It was quarter to five in Germany on the morning of June 24, 2016 when it became impossible for the remain vote to overtake the leave vote. Britain voted to leave the European Union after being signed up to the club for over four decades. Born in 1980 in West Bromwich, I had only known Britain as a member of the European Community and later a member of the European Union; yet, as I experienced at school, few felt any real allegiance to the EEC, EC or later EU. It did not come as a surprise, therefore, that Sandwell, the election region where West Bromwich is located, chose to leave. For every one remain voter, including myself, there were two leave supporters, making Sandwell one of the most pro-Brexit regions in the entire country.

It was in the local education authority of Sandwell where I embarked on a journey of learning German, a skill that would equip me to go on to study German at Aston University and work around the world. Initially working as an intern in Austria and then on my sandwich placement in Germany, I came to see Europe through the eyes of continental Europeans: a project that seeks to avert future conflicts through trade, industry and exchange of goods, services and people.

It was, in 2009, when I arrived in Oldenburg, Germany, and where I have been living ever since. I moved to write up my PhD, but went into business with some local Germans and established a school of lifelong learning where English is taught as a foreign language. Setting up an educational business, creating a creative product, then employing people, both local and international, was no easy feat. Establishing such a business endeavour did not require any visas or long-winded bureaucratic processes. I had no start-up capital to commence with, but through sheer entrepreneurial spirit I created something of economic value with both local and international value.

The more certainty businesses have; the better they can plan for the future. As a small-to-medium-sized business, known in German as the Mittelstand, Brexit seriously undermines our ability to recruit from UK, not knowing whether we are going to have to contend with red tape from new regulations that may well govern UK nationals entering or attempting to enter the EU. Entrepreneurial Brits, like myself, who have gone out and learned the language may also find it harder to come to the continent and establish their own businesses, all depending, of course, on what regulations the UK and EU impose on each of its citizens.

But the complications extend far beyond recruiting. Our education service relies, too, on trips abroad and a foreign school exchange with a comprehensive school in Dudley, an exchange which is a vital lifeline for the school in an area where many students do not have much interaction with Europe. Laws governing children protection in the UK make it difficult enough to bring over German students to the UK; any additional immigration measures could easily lead to more time and money being spent on form filling as opposed to investing in intercultural activities, ones that the students can enjoy and remember.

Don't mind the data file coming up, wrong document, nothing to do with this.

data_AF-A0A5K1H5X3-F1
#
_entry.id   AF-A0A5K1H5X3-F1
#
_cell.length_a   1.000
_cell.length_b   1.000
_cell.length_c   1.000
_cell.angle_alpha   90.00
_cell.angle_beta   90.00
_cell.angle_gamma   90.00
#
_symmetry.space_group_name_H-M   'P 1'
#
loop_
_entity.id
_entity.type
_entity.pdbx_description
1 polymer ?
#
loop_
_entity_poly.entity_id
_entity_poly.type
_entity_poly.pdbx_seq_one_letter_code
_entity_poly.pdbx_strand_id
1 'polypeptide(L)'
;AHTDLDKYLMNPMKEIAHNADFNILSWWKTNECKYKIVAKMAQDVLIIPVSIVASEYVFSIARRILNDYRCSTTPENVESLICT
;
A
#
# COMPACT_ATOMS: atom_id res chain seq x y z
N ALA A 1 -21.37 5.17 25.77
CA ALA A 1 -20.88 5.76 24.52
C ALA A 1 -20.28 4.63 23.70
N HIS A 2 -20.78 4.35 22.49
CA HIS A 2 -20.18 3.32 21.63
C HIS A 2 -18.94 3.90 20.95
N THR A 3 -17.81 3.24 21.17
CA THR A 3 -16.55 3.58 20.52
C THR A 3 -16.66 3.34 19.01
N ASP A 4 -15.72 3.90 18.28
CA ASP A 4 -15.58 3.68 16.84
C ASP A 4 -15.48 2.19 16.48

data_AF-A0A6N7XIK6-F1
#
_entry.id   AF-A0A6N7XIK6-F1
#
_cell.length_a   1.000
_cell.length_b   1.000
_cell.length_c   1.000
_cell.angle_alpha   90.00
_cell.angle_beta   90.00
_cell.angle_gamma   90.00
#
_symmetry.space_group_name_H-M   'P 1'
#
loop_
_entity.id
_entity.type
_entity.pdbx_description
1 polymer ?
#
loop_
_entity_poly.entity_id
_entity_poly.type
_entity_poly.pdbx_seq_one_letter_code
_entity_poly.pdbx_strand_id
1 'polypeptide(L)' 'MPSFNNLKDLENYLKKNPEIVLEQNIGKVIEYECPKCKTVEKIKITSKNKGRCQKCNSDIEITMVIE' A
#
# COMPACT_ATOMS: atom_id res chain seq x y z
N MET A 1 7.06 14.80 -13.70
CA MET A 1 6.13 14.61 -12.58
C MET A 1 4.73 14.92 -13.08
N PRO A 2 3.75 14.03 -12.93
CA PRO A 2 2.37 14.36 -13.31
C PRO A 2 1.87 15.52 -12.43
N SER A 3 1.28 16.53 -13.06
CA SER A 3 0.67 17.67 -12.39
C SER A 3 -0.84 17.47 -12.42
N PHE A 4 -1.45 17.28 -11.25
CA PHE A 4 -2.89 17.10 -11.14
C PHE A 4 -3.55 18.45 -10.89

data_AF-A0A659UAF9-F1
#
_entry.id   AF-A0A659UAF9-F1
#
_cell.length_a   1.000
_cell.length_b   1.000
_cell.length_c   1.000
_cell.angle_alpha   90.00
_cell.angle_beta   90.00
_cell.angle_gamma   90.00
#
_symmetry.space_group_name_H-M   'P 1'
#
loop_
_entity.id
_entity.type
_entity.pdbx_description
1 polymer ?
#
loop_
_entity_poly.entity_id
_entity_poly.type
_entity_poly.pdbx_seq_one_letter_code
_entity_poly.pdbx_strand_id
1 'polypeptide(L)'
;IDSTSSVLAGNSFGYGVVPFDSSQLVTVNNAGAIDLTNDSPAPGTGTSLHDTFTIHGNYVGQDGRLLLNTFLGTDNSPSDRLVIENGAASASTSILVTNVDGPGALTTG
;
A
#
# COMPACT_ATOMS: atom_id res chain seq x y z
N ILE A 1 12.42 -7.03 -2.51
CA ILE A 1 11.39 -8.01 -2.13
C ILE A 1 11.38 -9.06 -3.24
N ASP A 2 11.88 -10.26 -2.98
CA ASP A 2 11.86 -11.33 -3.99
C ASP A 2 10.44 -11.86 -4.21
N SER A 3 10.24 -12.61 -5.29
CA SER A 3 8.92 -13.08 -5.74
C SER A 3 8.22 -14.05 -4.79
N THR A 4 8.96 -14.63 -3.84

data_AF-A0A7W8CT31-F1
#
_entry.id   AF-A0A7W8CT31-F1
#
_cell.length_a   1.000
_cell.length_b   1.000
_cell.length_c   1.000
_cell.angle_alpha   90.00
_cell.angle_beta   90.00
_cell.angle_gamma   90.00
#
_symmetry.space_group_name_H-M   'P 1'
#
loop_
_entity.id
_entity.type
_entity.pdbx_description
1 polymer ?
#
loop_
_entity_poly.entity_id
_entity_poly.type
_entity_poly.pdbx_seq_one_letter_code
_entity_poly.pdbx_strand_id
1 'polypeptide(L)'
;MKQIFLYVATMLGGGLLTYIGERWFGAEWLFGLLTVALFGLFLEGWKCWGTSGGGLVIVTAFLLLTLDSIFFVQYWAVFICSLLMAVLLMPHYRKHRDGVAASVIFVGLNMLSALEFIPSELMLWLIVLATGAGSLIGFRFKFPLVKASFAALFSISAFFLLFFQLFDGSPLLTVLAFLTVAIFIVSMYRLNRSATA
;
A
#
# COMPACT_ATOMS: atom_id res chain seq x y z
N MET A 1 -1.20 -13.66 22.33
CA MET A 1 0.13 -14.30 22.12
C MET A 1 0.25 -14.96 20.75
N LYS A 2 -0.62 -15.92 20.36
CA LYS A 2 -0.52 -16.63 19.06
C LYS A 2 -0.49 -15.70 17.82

Another contentious issue is EU financial support for joint UK-EU research projects. In 2015, I – with the amazing help and support of nationwide language leaders – saved Britain’s National Library for Languages known as CILT, and shipped it to Oldenburg, where the Academy of English acts as the custodian. Originally wishing to resurrect the library to its former glory and facilitate future exchanges with UK language partners, students, teachers and researchers, Brexit throws such plans into huge doubt and uncertainty. Will the UK be able to access EU block funding for joint European projects? If so, how; and, if not, why not?

On a personal note: fearing a loss of EU citizenship with all of its rights of free trade and free movement, I have made the conscious decision to apply for dual citizenship. According to German officials, provisions exist to allow British citizens living in Germany for eight years or longer to apply for dual nationality, something that I toyed with on Brexit day, but now that Article 50 has been triggered and negotiations have started, it is something that I am actively pursuing. Being in Germany for eight years, dual nationality is a luxury that is most likely going to be afforded to me; but I feel for those who are just embarking on that incredible journey of learning a language and don’t know whether Brexit is going to erect unnecessary barriers, both visible and invisible, that hinder exchange and cross-border cooperation.

John is just one of the volunteers to our Citizens’ Panel. To read about the experiences of other Britons living in the EU27 visit our Meet the #britsinEurope feature

 

Leave a Reply